The SBA affiliation regulation, 13 C.F.R. § 121.103, states that all affiliation is premised on the notion of control. In other words, two companies are affiliated when the same person or entity controls or has the power to control both.
The size appeal decision of the SBA’s Office of Hearings and Appeals in Size Appeal of Manroy, USA, LLC, SBA No. SIZ-5244 (2011), explains that when there is no overlapping control, there is no affiliation, even if one or more of the indicia of affiliation described in the regulation might arguably be present.
Manroy was owned 51% by an individual, John Buckner, and 49% by an entity, Caledonian Heritable, Ltd., or CHL. The company applied to the HUBZone program, but was denied because the SBA found that it was not a small business.
The SBA’s Area Office determined that Manroy was affiliated with CHL because Mr. Buckner and CHL had two common investments—Manroy, and a piece of real property Manroy used for its offices. Citing 13 C.F.R. § 121.103(f), the SBA Area Office held that the common investments meant that CHL and Mr. Buckner had an “identity of interest,” under the SBA affiliation rules, resulting in affiliation between CHL and any companies controlled by Mr. Buckner, including Manroy.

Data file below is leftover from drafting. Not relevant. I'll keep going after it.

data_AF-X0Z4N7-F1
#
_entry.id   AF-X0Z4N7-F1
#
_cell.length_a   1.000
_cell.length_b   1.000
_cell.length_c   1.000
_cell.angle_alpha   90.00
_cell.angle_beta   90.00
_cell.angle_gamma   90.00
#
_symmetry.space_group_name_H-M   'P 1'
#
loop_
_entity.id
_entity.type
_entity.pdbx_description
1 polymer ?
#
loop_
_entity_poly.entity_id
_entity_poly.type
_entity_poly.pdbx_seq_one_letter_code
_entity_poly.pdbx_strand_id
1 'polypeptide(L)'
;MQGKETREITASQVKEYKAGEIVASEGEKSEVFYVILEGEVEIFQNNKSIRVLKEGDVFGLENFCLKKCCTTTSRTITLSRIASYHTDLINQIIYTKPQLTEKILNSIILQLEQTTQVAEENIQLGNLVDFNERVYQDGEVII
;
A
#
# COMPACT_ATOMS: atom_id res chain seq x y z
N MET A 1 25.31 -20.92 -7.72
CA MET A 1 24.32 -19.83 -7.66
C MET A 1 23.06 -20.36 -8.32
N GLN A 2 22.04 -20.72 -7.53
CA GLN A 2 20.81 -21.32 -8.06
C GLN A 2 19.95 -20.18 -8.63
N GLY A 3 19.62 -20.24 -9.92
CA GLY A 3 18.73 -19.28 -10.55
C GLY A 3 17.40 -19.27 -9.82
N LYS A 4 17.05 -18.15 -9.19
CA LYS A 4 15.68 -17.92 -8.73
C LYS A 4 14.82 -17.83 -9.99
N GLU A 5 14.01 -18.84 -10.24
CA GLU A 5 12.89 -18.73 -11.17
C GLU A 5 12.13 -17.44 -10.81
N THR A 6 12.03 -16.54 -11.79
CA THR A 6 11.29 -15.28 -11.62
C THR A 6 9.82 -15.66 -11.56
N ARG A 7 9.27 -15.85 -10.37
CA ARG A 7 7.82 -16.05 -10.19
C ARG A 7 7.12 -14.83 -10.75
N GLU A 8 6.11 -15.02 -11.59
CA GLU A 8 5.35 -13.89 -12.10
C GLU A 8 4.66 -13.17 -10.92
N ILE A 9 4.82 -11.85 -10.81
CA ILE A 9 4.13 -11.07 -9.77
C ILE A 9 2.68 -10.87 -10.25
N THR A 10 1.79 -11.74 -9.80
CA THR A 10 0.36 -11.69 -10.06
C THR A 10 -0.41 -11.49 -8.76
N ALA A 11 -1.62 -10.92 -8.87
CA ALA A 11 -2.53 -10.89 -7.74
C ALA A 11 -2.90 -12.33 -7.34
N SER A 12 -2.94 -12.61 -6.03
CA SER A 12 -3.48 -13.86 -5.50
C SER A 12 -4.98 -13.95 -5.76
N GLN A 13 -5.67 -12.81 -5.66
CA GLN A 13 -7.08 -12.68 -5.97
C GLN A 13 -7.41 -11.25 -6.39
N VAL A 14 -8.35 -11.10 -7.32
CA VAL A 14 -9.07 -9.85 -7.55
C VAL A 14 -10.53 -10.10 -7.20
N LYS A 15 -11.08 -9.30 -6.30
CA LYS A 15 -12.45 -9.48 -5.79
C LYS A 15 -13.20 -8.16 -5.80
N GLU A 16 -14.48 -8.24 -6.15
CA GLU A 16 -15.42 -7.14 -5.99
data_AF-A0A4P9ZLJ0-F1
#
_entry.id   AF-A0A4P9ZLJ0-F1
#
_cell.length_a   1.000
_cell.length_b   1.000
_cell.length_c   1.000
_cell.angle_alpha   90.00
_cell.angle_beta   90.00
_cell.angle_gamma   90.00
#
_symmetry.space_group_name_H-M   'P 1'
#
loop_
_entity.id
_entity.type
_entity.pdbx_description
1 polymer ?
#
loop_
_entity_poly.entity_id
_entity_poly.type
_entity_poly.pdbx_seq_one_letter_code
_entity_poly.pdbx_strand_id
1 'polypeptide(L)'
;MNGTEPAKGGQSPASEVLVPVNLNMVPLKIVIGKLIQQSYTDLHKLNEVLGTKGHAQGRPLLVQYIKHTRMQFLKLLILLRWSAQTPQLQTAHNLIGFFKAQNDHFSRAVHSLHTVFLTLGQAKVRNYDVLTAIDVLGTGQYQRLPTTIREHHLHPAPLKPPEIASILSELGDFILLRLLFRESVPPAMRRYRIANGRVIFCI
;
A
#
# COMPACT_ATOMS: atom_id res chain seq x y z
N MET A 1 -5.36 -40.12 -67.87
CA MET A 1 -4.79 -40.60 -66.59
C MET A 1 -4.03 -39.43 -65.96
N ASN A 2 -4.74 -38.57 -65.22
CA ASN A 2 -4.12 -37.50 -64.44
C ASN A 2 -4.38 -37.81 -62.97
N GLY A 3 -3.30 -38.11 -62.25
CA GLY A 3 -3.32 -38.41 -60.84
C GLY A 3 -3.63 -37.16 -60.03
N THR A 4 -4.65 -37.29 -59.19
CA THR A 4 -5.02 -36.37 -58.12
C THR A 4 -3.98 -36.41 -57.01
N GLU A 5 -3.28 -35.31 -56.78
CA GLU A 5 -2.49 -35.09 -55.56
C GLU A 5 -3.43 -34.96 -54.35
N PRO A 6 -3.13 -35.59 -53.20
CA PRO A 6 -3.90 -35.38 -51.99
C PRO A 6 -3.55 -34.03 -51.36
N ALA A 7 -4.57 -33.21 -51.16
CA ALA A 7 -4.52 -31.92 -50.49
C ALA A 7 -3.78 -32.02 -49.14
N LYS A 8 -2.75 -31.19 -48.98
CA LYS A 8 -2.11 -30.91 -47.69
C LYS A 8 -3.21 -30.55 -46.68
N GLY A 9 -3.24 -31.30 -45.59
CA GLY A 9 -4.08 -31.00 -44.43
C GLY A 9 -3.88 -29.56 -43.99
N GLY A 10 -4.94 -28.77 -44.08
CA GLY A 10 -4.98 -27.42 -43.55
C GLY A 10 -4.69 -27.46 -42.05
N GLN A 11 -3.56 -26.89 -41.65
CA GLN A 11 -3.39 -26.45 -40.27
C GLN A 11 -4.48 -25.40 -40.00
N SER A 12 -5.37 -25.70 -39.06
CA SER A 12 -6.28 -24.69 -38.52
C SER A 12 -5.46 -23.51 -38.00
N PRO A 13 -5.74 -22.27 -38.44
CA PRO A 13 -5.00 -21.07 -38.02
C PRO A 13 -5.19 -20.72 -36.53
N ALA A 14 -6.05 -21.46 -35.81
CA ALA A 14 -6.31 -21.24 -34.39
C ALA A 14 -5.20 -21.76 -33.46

SBA OHA disagreed. As an initial matter, it held that the common investments in question—the company itself, plus a piece of real property used by the company—were insufficient to create an identity of interest under the SBA affiliation rules. In fact, rather than suggesting that Mr. Buckner and CHL had a broad-based business relationship, which could lead to affiliation, the real property “highlights that Appellant’s business pursuits are the only endeavors that Mr. Buckner and CHL are jointly undertaking.”
Then, SBA OHA got to the real heart of the matter: control. It wrote:
“More importantly, there is simply no evidence that Appellant and CHL can control one another or that a third party can control both entities. There is no information in the record that CHL, as minority shareholder, could control appellant. Nor is there any indication that Mr. Buckner (who does control Appellant) could control CHL. Thus, the firms cannot be affiliated.”
Catch that last sentence? I underlined it just in case. According to SBA OHA (and the regulation itself), two firms cannot be affiliated without overlapping control. A minority stake, even 49% like CHL’s, does not necessarily amount to control under the SBA affiliation rules (but draft your bylaws or operating agreement carefully, because veto power or supermajority requirements can cause negative control).
Kudos to SBA OHA for this size appeal decision, which wisely returns the SBA’s focus to the basic definition of affiliation itself—control or the power to control. Hopefully, Manroy will have some legs as precedent when the SBA reviews future size protests.